There has been a large rise in the number of cases of human African trypanosomiasis in the last 10 years. Drugs for human African try-panosomiasis, such as pentamidine, suramin, and melarsoprol, were developed decades ago. There has been a recent welcome initiative to manufacture and distribute antitrypanoso-mal drugs free of charge. However, increasing drug resistance and frequent serious drug-related toxicity underline the urgent need for new medicines.
Melarsoprol (SED-14, 981; SEDA-23, 310; SEDA-24, 335)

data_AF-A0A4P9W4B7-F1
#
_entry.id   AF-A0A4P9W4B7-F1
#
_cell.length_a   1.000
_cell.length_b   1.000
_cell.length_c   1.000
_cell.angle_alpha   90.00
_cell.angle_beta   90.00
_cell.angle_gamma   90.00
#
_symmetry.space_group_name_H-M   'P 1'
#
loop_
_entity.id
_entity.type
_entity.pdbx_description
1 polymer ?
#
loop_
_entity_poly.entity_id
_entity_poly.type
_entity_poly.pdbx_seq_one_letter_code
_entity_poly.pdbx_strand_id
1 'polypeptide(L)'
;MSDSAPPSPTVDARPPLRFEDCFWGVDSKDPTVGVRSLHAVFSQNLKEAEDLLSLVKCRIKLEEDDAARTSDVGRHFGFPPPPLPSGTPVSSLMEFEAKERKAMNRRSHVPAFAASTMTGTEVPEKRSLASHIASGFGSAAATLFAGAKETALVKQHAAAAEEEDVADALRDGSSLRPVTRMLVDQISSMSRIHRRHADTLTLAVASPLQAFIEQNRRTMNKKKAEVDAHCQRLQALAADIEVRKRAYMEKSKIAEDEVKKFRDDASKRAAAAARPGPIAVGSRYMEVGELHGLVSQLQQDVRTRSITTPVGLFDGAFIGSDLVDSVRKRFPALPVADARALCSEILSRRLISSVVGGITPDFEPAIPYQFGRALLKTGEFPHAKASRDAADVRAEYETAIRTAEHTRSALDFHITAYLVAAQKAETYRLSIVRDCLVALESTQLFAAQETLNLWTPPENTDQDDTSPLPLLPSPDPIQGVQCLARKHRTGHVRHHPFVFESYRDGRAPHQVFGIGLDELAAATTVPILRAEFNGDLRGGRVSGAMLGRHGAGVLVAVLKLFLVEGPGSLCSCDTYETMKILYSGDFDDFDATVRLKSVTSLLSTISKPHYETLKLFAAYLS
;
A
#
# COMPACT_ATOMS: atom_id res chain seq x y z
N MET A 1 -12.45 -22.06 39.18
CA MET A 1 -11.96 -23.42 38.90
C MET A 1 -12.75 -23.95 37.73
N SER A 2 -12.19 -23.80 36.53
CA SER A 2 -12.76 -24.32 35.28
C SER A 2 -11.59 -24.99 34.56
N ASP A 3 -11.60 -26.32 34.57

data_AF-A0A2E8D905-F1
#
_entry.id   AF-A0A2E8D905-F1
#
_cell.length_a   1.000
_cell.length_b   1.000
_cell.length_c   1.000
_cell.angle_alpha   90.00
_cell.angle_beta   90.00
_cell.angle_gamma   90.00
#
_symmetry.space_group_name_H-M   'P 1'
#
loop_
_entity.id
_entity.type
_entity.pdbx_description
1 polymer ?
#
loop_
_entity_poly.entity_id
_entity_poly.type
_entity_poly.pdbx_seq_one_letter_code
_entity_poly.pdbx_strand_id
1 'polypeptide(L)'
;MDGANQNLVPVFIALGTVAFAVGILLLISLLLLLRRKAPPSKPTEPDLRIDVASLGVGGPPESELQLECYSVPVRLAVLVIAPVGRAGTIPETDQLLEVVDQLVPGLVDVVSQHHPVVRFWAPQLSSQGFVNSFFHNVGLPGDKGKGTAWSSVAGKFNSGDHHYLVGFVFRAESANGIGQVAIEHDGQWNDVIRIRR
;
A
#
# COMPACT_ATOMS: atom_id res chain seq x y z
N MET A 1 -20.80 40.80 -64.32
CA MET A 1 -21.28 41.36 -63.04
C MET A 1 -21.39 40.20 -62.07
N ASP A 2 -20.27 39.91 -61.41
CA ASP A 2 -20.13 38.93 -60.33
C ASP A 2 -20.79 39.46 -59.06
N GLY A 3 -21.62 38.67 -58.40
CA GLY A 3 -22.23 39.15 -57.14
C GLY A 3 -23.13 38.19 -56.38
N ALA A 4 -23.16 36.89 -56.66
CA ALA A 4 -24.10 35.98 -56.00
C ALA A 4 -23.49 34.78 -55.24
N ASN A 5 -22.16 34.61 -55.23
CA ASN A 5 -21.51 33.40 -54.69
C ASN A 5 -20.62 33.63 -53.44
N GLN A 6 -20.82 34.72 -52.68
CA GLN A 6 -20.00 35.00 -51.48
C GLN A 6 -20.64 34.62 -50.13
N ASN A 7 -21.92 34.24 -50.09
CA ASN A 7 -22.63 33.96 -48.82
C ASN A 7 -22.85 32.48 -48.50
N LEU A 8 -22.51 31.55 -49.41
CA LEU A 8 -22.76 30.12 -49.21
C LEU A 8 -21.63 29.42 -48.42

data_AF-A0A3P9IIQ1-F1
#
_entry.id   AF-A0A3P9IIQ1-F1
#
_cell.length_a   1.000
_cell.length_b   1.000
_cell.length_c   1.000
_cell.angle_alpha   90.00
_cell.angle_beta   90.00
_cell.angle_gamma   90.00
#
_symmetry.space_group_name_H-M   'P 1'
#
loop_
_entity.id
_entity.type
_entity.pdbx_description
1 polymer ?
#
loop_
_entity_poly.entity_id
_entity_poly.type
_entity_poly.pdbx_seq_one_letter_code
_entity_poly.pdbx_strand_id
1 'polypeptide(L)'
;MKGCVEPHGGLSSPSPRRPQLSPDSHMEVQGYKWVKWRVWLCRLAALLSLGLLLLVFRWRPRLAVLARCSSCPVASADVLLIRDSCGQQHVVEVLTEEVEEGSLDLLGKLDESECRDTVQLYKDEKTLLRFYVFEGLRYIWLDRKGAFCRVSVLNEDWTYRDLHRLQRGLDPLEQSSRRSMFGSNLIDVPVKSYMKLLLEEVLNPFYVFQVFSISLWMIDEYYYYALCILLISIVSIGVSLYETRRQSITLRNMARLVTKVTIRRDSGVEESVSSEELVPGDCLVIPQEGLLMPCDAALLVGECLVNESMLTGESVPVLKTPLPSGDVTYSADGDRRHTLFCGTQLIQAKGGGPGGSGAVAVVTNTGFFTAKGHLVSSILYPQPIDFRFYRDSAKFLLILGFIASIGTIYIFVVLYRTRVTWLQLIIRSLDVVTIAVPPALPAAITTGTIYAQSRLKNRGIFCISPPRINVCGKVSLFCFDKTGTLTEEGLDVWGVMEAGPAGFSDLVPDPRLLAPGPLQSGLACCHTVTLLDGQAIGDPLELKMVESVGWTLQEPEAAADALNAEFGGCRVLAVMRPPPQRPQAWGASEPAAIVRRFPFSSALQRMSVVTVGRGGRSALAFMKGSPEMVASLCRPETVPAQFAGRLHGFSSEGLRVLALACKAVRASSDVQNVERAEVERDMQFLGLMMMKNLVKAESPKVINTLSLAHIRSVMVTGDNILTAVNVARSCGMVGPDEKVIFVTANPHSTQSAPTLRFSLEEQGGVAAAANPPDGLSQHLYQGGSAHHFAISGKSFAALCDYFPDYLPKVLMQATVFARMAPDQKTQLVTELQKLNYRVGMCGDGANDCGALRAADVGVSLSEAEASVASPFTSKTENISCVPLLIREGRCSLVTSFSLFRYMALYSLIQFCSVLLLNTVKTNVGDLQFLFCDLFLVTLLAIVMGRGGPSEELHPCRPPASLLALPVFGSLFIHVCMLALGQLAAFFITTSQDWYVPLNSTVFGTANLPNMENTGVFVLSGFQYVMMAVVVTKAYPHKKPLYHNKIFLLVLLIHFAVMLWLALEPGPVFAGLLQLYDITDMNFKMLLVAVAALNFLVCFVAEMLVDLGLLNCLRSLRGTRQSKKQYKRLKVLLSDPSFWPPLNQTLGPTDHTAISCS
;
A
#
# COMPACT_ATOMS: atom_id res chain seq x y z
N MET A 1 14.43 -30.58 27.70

Nervous system Encephalopathic syndromes complicating treatment of stage II human African trypanosomiasis with melarsoprol in 588 patients have recently been reviewed (53C). The overall rate of encephalopathy was 5.8% and presented in three ways: coma, convulsions, and psychotic reactions. The overall death rate was 38%. Comatose patients had a death rate of 52% and were commonly co-infected with malaria (14/16). Symptoms during treatment of fever (RR = 11.5), headache (RR = 2.5), bullous eruptions (RR = 4.5), and systolic hypotension (RR = 2.6) were associated with an increased risk of encephalopathic syndromes, especially coma.
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